What are the facts behind the fiction? Firstly, the public procurement and state aid regimes do have their origins in European Union law. The EU's single market aims to harmonise the approach to public procurement and state aid regulation to ensure that there is no national reference when awarding high value contracts or investing large sums of public funding into industry. Procurement law, in particular, has been heavily influenced bythe UK when the most recent directives were agreed. It is not clear, of course, what changes the new government could look to make to the procurement regime in the UK (and even less, what the EU will agree to in any free trade agreement), but our suggestions for areas to consider are:

  • Potential for alternative dispute resolution in procurement? 2019 has seen a continuing increase in the number of public procurement disputes across all sectors, including health, waste and energy. The high value of such claims and the need for High Court litigation with very short limitation periods make this an expensive route of last resort. There is scope – regardless of Brexit– for the UK to introduce a lower level forum (akin to an employment tribunal) to deal with procurement claims. This is the case in many other EU countries
  • One set of rules for all types of procurement? There are currently 5 sets of procurement rules in the UK covering public sector, utilities, concession contracts, defence procurement and the remedies regime. Any change could see consolidation into one set of rules with optional rovisions depending on the subject matter of the contract
  • Maintain consistency with World Trade Organisation (WTO) Government Procurement Agreement (GPA). The UK has applied to the WTO to become a signatory of the GPA in its own right because, after Brexit, the EU's place on the GPA ceases to apply to the UK. The GPA sets out less detailed provisions than the EU regime, but many of the principles are the same – particularly, in relation to equal treatment obligations. Any replacement procurement regime in the UK would need to at least comply with the GPA principles. In practice, however, it seems likely that the EU would require continued compliance with the EU-wide procurement regime, depending on how close a relationship the UK wishes to have with the EU in the future.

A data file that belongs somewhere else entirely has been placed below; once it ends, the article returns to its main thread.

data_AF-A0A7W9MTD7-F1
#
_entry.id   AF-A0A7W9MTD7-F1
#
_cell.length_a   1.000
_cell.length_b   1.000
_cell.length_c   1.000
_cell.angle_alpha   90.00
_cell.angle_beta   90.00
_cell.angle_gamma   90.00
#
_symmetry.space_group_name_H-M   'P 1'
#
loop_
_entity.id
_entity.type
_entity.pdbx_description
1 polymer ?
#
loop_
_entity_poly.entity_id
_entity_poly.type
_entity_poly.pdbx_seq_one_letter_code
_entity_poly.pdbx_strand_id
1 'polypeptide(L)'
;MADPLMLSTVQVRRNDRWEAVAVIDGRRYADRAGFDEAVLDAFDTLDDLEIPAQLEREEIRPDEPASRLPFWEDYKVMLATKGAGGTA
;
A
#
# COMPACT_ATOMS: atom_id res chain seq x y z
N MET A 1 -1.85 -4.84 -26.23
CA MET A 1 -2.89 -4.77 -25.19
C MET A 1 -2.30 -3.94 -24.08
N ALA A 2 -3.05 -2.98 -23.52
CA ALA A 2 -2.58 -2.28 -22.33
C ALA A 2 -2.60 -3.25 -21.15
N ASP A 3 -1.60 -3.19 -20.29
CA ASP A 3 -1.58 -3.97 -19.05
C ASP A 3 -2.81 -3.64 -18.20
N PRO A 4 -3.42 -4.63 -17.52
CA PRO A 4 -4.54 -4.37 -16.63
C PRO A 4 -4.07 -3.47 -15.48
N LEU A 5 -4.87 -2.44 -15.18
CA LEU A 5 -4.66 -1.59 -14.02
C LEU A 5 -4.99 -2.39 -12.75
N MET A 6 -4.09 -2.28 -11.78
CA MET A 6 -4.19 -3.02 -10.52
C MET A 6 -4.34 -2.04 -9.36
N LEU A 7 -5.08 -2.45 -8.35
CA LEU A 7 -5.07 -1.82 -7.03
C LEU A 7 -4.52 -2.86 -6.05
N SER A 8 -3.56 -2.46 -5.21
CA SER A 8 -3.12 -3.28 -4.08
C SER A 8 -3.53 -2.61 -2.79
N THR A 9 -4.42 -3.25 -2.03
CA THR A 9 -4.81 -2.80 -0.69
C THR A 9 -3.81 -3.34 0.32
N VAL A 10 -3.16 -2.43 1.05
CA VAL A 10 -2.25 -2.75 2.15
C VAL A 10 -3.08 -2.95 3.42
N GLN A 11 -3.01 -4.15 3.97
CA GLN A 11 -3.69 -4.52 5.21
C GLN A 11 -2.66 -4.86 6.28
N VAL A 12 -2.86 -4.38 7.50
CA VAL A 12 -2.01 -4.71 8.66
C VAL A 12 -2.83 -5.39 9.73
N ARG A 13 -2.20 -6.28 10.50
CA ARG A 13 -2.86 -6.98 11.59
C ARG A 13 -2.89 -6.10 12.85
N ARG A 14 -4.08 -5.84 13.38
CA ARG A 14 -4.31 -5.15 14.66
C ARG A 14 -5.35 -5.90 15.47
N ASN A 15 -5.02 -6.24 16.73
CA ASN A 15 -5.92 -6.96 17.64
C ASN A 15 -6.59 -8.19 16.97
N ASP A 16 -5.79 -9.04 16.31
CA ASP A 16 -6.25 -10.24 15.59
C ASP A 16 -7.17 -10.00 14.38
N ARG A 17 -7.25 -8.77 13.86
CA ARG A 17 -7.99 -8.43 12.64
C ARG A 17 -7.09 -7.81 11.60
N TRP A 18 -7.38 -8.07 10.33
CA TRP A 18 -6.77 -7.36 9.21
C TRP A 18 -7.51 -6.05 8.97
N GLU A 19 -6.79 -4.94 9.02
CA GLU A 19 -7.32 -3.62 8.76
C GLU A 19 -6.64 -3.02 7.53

Whatever happens in the Brexit process, the current public procurement regime will be maintained in the short term. With the current Withdrawal Agreement, the Public Contracts Regulations 2015 will continue to apply until at least the end of the transition period (December 2020). In a subsequent "no deal" context – a hard withdrawal from all of the institutions of the EU – the European Union (Withdrawal) Act 2018 will ensure that the legislation continues until such time as it is amended. The main practical change would be that UK tenders would be submitted to the new "Find a Tender" portal, rather than the Official Journal of the European Union. As with much around Brexit, it is too early to be sure of what the changes could be, and when they could arise. But for many infrastructure projects planned by any new UK Government, the current rules will apply.

How the construction industry is reacting to climate change

The world's climate is changing rapidly. Leading scientists, most nation states, their politicians and many corporations agree that climate change is the biggest threat to humanity. Global infrastructure resilience, economic development, food security, trade flows, and human health all stand to deteriorate under current projects and this will have a profound impact on businesses. The UK government has committed to reduce greenhouse gas emissions to zero by 2050. EU and UK regulators have emphasised that the physical transition and liability risks from climate change and their associated impacts are becoming an increasing area of focus.

The construction industry is responding to climate change in various ways, including sustainable building design and operation and green construction practices on site. Modern methods of construction, such as off-site manufacturing (OSM), have a key role to play in this. OSM has the potential to:

  • Reduce waste materials, over-ordering and contingent ordering thereby reducing CO2 emissions from the manufacture of such materials;
  • Reduce on-site labour and materials and associated CO2 emissions from the transportation of personnel and materials to site;
  • Lead to more energy efficient buildings through precision manufacturing and reduced defects in construction; and
  • – Reduce emissions from cement through the use of precast concrete and alternative materials.

It is clear that modern methods of construction and OSM have the potential to help the industry tackle its impact on the climate. It is imperative for construction businesses to adapt their business models to manage their exposure to the risks that climate change legislation may cause.

The content of this article is intended to provide a general guide to the subject matter. Specialist advice should be sought about your specific circumstances.